Media Contact

FOR IMMEDIATE RELEASE - February 20, 2024
CONTACT: ACLU of Florida Media Office,, (786) 363-2737

February 20, 2024

TALLAHASSEE, FL – On Tuesday, the Florida Senate Appropriations Committee on Education voted to advance Senate Bill 1044 (SB 1044), which would allow school districts and charter schools to adopt “a policy to authorize volunteer school chaplains to provide support, services, and programs to students as assigned by the district school board or charter school governing board.” 

The ACLU of Florida opposes this bill and its companion bill, House Bill 931 (HB 931). 

Kara Gross, legislative director and senior policy counsel at the ACLU of Florida, responded with the following: 

“Chaplains have no place in public schools. Student support services must be provided by trained, certified school professionals, not government-selected volunteer clergy.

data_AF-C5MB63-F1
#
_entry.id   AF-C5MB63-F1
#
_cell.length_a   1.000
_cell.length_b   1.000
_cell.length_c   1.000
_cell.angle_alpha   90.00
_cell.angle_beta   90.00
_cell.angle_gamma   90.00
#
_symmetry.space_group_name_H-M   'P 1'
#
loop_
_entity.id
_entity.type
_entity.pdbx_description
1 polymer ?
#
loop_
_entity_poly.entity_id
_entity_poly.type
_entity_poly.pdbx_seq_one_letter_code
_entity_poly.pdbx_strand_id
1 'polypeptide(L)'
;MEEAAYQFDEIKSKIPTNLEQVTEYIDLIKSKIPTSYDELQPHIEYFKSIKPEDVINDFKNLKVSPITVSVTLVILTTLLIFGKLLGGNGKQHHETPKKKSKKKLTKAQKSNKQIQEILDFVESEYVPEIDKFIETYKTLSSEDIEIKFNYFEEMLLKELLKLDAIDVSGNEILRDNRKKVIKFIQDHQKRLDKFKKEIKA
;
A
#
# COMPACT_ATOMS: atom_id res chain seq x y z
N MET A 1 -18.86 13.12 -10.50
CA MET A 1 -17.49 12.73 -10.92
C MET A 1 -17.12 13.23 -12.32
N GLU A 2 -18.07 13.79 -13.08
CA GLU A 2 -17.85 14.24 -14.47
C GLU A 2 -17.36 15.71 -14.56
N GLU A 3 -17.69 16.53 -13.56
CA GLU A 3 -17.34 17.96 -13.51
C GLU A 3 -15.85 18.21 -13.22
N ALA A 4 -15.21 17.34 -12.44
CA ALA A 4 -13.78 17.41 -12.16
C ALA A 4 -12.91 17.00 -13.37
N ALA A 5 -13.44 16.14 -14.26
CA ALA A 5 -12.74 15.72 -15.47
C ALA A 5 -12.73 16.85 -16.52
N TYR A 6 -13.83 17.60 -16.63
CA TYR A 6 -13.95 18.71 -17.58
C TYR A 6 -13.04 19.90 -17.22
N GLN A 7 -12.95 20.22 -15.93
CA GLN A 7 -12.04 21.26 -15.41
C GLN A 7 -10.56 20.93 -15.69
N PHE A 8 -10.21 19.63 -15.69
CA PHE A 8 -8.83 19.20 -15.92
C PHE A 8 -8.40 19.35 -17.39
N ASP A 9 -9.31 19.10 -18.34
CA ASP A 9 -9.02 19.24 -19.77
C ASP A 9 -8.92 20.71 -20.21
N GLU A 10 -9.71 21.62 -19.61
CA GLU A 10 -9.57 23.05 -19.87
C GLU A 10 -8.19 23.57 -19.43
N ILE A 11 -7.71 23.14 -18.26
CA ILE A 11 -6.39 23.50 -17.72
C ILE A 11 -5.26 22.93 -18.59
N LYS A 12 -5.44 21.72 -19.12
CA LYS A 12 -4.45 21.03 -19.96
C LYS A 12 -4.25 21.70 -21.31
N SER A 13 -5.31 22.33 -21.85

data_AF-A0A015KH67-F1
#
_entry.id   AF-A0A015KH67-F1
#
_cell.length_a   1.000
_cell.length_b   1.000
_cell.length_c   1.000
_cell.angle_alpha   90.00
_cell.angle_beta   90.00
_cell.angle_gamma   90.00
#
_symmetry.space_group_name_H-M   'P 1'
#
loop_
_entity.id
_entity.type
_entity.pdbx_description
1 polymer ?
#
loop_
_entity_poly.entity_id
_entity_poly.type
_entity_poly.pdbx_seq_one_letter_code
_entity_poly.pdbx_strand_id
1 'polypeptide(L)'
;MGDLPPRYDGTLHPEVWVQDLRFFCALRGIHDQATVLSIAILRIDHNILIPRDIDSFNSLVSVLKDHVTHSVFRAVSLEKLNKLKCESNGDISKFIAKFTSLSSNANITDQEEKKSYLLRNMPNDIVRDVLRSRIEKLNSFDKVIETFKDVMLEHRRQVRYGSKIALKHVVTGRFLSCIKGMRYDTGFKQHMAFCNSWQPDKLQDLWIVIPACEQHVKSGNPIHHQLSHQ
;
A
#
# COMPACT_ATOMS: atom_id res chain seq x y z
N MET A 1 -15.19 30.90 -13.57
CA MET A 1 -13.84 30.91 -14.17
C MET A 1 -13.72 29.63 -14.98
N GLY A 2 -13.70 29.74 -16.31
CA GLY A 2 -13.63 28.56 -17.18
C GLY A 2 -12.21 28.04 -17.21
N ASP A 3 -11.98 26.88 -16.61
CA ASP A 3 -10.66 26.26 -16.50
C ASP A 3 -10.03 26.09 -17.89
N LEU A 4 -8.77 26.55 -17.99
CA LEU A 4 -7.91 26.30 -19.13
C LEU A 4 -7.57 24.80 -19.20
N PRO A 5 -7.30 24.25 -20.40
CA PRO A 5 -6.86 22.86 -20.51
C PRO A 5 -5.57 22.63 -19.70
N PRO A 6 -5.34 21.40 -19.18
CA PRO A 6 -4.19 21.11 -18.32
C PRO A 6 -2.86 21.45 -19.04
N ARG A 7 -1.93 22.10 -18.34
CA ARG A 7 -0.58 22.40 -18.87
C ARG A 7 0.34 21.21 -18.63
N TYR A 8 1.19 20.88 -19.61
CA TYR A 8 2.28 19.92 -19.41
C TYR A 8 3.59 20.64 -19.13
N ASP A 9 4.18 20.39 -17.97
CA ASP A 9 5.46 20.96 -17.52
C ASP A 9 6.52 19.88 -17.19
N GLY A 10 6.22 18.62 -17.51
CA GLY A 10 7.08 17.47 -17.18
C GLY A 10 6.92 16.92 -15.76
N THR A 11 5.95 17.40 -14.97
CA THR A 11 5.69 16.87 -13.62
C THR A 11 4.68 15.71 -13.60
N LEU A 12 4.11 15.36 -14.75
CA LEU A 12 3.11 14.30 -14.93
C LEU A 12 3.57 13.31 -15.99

“Additionally, chaplains are not trained or certified in providing student support services. Florida’s students are entitled to receive support services from school professionals trained for these roles and certified by the Department of Education. For example, school counselors must obtain certification from the Florida Department of Education, which requires them to have a master’s or higher degree with a graduate major in guidance and counseling or school counseling plus 600 hours of supervised internship experience working with school-aged children. 

“SB 1044, and its companion bill HB 931, does not require volunteer chaplains to have any training, certification, or other professional credentials or qualifications relating to the provision of student support services. 

“Courts have repeatedly ruled that it is unconstitutional for public schools to invite religious leaders onto campus to engage in religious activities, such as prayer and religious counseling, with students. 

“If passed, this bill will likely create public education environments ripe for religious coercion and indoctrination of students. Florida’s public schools are religiously diverse, and all students should feel safe and welcome in them.”